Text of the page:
JOE TORRE: Well, like everybody else, I'm happy that he's okay. But he's a pain in the neck when he's in that lineup, because he's such an unusual lead-off hitter. He's not one of those guys that bunts, although he can bunt and does bunt. He hits home runs. He'll take a two-strike pitch and hit it inside the bag or inside the bag at first. He's tough on defense. They have been a resilient club all year. From 1 to 9 they are a lot different club than the eight years I've been here. They are very tough offensive ballclub and you really have to pay attention when you pitch to them. Certainly, you have to believe they are going to miss Johnny Damon. Hopefully it's enough to give us an advantage.

Q. You said before that Andy fixed it last week against Minnesota. He's pitched in a lot of second games for you; is there a certain comfort level knowing that you have him out there, regardless of what happens in Game 1 if you lose, or really carry the team if you get ahead?

JOE TORRE: I think the important part about Andy and my confidence in him started back in '96 when Baltimore was starting to cut the lead on us and he pitched a huge game here against them and wins, made a defensive play and did all of those things. The one I keep referring to all the time is Game 5 against Atlanta, beating them 1-0 in Atlanta in 1996. I can't tell you how important that game was, and especially for someone who had never played in post-season, talking about myself, to watch someone perform at a young age like he did and keep his wits about him. So I trusted Andy. And even through his tough times, you knew he was better than that. He struggled early this year, but you knew he was better than that. And when I send him out there, I trust him, and I don't think I can pay anybody a higher compliment.

Q. You guys have been referred to going into this as a consummate professional ballclub. Kevin Millar has referred to Boston Red Sox as just a bunch of idiots out there having fun. What kind of contrast would you draw between these two teams?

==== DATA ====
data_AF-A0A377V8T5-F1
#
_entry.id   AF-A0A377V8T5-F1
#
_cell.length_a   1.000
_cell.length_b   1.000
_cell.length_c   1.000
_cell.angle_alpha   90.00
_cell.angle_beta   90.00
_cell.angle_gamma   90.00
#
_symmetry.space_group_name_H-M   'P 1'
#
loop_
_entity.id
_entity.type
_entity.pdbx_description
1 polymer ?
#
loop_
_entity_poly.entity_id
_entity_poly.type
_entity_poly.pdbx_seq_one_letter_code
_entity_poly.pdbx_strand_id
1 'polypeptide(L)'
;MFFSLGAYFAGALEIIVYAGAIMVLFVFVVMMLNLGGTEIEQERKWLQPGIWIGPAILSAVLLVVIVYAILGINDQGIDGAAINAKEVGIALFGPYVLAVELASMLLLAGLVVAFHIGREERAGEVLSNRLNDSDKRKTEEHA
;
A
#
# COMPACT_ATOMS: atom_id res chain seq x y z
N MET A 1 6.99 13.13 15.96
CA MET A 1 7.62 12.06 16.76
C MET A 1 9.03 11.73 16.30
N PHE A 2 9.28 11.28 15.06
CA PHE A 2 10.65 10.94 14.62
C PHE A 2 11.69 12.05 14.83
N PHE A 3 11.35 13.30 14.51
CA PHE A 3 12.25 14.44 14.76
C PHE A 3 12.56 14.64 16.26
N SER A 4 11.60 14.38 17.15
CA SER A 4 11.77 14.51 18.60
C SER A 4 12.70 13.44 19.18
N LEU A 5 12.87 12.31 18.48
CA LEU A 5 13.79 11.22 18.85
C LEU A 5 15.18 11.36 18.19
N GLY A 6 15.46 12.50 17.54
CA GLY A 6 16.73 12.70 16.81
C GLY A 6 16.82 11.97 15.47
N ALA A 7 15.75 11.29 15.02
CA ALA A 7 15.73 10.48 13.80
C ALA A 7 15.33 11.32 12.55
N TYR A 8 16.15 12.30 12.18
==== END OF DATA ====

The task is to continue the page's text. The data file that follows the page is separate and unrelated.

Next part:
JOE TORRE: They have been biting and scratching. Certainly the Yankees have had the reputation, we are supposed to win, we have always won. I guess part of my job is to let our players know that's not the fact. The only reason we win is because we work at it and not because we are the Yankees. But I can see where Kevin is coming from. They have got a wild club this year. As I say, they are different from any club I've seen, and a big part of it is there are a lot of blue-collar guys over there. They work for everything they have gotten. They stick their nose in it. They get dirty. We respect that. There's a certain element there that keeps you from being comfortable when you play them because you know that they can come off the mat any time.

Q. Are there different philosophies between the way you approach the game and the way Grady Little approaches it, and if so, can you tell us what you think the differences are between a Yankee type of approach and the Red Sox approach?

JOE TORRE: I don't think there's a difference. I think your approach to playing a game or winning a game is based on your ability as a team, and Grady has -- I mean, he's handled a lot of situations over there. I know people have talked to me about, you know, it's been a tough year, this, that and the other thing. But he's had his share of stuff, too. The one thing a manager has to do understand, you have to do what you have to do sometimes, even though it doesn't necessarily feel good. But Grady, I think what makes him a good manager, is you can't predict how he does things. Again, he goes according to the situation and the player he has playing for him at the time.

Q. Can you just go over your thought on not having Hammond on the roster and how it shakes out?

JOE TORRE: This is the first time we've ever had 11 pitchers, if I'm not mistaken, in the first round. We went to 10 now because I wanted the extra infielder, Almonte. Wilson will in all likelihood will play Saturday against Pedro because he's had success against him. I don't know where he'll play; right now I don't. So I wanted to make sure I had an infielder. And in dropping Hammond off, it was basically because Weaver is a long man for me since Contreras is sharing the right-handed duties with Nellie. So that's basically it. Plus Hammond was not here at the park; he's not mad, he's sick. He's got a flu, which was diagnosed yesterday, and so the doctor told him to stay home today. Doesn't mean if we are lucky enough to get past this round that he won't be eligible for the World Series.